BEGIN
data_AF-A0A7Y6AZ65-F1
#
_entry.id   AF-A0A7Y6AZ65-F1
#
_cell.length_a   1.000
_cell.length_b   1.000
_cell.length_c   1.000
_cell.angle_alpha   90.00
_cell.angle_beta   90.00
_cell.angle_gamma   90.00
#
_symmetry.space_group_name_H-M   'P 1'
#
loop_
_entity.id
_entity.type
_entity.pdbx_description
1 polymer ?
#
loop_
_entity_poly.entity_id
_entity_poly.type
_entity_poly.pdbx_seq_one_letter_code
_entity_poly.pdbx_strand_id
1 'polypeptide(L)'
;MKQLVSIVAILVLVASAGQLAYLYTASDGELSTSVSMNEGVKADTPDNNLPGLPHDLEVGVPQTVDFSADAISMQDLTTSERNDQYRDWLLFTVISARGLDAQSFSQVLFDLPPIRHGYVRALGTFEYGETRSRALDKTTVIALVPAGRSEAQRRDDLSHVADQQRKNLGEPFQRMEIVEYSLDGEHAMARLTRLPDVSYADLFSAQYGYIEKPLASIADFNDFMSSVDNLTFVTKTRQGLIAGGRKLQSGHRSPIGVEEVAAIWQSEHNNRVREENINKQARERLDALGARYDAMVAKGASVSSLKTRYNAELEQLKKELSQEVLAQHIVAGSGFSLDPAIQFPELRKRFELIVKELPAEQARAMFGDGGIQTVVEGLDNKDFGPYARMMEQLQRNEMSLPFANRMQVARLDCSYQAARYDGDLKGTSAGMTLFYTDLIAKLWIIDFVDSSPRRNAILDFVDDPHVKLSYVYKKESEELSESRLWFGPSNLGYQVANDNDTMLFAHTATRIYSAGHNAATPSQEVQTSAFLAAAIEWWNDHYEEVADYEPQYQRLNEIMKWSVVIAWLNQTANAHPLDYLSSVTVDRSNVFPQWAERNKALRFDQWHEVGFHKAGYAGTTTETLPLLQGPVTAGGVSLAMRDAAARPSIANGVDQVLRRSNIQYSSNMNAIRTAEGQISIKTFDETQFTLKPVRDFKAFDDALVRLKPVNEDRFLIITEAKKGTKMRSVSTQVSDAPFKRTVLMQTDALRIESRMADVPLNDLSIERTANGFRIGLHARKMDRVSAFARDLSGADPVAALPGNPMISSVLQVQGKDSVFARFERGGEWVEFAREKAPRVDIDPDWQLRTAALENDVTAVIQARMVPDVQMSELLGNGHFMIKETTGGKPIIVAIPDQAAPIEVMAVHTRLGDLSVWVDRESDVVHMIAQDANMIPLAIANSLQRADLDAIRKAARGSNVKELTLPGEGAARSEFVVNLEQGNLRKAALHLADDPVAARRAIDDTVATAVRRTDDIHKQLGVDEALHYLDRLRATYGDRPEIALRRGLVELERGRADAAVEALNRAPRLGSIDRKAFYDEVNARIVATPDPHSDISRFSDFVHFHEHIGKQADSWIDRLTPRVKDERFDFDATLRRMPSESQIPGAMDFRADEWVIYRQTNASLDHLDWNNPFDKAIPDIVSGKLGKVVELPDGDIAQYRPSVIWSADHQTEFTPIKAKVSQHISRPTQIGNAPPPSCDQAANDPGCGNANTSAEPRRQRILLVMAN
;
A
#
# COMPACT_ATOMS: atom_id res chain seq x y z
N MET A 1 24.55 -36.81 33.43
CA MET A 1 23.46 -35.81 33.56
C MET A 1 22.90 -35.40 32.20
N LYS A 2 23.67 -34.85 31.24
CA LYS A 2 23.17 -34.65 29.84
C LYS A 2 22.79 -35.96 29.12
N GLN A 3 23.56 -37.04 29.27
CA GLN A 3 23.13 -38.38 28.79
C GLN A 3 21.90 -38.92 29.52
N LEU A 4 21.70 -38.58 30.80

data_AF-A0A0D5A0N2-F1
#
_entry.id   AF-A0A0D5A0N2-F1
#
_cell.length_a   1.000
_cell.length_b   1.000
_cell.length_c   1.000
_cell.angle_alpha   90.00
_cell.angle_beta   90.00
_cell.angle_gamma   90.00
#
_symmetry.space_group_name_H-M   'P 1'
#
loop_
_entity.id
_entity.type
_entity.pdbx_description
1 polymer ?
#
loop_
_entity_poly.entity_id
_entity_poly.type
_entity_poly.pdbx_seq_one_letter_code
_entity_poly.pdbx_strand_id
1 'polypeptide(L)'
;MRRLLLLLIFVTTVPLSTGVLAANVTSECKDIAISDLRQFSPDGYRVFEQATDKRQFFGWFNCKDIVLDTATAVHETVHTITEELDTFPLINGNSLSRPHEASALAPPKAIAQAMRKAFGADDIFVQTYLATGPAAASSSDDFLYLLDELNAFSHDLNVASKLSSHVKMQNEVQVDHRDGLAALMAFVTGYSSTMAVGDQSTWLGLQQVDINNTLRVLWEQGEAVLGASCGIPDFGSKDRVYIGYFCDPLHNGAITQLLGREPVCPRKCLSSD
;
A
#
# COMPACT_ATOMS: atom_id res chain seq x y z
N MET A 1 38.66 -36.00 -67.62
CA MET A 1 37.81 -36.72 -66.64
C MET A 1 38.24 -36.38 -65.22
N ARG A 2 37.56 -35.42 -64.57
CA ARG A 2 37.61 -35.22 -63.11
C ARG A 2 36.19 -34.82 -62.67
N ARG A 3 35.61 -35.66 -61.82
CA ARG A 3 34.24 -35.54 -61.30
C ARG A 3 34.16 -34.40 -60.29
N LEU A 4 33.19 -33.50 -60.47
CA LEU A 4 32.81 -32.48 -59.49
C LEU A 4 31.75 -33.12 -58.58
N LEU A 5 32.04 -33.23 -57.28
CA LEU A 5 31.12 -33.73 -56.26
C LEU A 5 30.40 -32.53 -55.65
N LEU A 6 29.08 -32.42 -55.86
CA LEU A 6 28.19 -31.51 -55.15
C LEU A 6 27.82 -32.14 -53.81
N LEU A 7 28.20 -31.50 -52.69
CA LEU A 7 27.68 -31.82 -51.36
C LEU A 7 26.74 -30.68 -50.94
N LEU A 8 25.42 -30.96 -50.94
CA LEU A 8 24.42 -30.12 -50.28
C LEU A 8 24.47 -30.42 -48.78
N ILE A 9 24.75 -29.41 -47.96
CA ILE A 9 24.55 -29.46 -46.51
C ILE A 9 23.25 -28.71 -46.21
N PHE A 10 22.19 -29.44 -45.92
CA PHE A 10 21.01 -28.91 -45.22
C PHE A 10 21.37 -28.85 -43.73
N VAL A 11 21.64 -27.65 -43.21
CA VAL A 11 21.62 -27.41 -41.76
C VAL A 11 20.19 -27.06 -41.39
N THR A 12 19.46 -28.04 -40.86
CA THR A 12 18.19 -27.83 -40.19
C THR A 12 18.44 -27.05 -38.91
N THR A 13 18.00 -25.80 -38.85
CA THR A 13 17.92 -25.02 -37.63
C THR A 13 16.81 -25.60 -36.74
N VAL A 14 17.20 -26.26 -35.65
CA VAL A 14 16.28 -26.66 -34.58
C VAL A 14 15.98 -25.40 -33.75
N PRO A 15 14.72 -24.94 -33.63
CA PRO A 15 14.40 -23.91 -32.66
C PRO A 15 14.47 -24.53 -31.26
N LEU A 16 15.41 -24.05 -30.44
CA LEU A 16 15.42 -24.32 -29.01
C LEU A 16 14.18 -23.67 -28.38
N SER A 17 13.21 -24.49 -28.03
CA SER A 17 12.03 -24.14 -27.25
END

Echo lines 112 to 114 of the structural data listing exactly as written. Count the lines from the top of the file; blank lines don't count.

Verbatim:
C VAL A 14 15.98 -25.40 -33.75
N PRO A 15 14.72 -24.94 -33.63
CA PRO A 15 14.40 -23.91 -32.66